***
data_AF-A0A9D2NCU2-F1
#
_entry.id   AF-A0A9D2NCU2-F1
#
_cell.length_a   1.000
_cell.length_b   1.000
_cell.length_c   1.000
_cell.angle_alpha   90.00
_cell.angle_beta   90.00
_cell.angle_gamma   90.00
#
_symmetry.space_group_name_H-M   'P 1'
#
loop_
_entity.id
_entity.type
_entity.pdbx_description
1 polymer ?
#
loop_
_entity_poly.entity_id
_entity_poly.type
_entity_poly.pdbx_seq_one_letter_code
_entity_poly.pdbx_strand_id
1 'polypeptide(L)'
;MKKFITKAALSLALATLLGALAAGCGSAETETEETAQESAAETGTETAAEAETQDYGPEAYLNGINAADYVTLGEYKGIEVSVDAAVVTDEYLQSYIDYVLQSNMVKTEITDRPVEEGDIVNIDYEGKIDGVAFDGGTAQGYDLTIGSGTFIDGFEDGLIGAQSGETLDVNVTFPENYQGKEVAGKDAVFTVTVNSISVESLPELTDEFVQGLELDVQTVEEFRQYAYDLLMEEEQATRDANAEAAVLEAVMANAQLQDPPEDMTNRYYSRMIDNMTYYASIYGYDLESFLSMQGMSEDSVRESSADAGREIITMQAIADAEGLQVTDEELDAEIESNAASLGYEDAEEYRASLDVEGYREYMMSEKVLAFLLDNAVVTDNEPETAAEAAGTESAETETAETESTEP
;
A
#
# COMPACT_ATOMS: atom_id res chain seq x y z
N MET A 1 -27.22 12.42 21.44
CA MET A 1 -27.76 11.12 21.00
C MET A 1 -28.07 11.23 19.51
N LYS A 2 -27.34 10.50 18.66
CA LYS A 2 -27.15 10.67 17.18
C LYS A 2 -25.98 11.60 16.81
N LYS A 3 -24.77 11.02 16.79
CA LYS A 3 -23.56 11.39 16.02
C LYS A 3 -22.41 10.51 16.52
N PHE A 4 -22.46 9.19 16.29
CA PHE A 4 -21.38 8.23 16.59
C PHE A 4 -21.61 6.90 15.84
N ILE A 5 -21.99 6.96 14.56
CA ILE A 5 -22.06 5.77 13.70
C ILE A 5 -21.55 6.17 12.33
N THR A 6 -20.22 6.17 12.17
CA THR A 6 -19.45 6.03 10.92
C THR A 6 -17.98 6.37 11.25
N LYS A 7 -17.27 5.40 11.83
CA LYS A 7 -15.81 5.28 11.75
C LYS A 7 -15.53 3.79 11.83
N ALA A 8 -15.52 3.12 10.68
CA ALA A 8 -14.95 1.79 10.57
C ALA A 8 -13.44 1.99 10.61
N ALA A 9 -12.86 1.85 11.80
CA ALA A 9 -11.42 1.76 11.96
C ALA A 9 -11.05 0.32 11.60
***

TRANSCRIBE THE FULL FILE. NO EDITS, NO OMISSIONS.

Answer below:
data_AF-A0A9D2NCU2-F1
#
_entry.id   AF-A0A9D2NCU2-F1
#
_cell.length_a   1.000
_cell.length_b   1.000
_cell.length_c   1.000
_cell.angle_alpha   90.00
_cell.angle_beta   90.00
_cell.angle_gamma   90.00
#
_symmetry.space_group_name_H-M   'P 1'
#
loop_
_entity.id
_entity.type
_entity.pdbx_description
1 polymer ?
#
loop_
_entity_poly.entity_id
_entity_poly.type
_entity_poly.pdbx_seq_one_letter_code
_entity_poly.pdbx_strand_id
1 'polypeptide(L)'
;MKKFITKAALSLALATLLGALAAGCGSAETETEETAQESAAETGTETAAEAETQDYGPEAYLNGINAADYVTLGEYKGIEVSVDAAVVTDEYLQSYIDYVLQSNMVKTEITDRPVEEGDIVNIDYEGKIDGVAFDGGTAQGYDLTIGSGTFIDGFEDGLIGAQSGETLDVNVTFPENYQGKEVAGKDAVFTVTVNSISVESLPELTDEFVQGLELDVQTVEEFRQYAYDLLMEEEQATRDANAEAAVLEAVMANAQLQDPPEDMTNRYYSRMIDNMTYYASIYGYDLESFLSMQGMSEDSVRESSADAGREIITMQAIADAEGLQVTDEELDAEIESNAASLGYEDAEEYRASLDVEGYREYMMSEKVLAFLLDNAVVTDNEPETAAEAAGTESAETETAETESTEP
;
A
#
# COMPACT_ATOMS: atom_id res chain seq x y z
N MET A 1 -27.22 12.42 21.44
CA MET A 1 -27.76 11.12 21.00
C MET A 1 -28.07 11.23 19.51
N LYS A 2 -27.34 10.50 18.66
CA LYS A 2 -27.15 10.67 17.18
C LYS A 2 -25.98 11.60 16.81
N LYS A 3 -24.77 11.02 16.79
CA LYS A 3 -23.56 11.39 16.02
C LYS A 3 -22.41 10.51 16.52
N PHE A 4 -22.46 9.19 16.29
CA PHE A 4 -21.38 8.23 16.59
C PHE A 4 -21.61 6.90 15.84
N ILE A 5 -21.99 6.96 14.56
CA ILE A 5 -22.06 5.77 13.70
C ILE A 5 -21.55 6.17 12.33
N THR A 6 -20.22 6.17 12.17
CA THR A 6 -19.45 6.03 10.92
C THR A 6 -17.98 6.37 11.25
N LYS A 7 -17.27 5.40 11.83
CA LYS A 7 -15.81 5.28 11.75
C LYS A 7 -15.53 3.79 11.83
N ALA A 8 -15.52 3.12 10.68
CA ALA A 8 -14.95 1.79 10.57
C ALA A 8 -13.44 1.99 10.61
N ALA A 9 -12.86 1.85 11.80
CA ALA A 9 -11.42 1.76 11.96
C ALA A 9 -11.05 0.32 11.60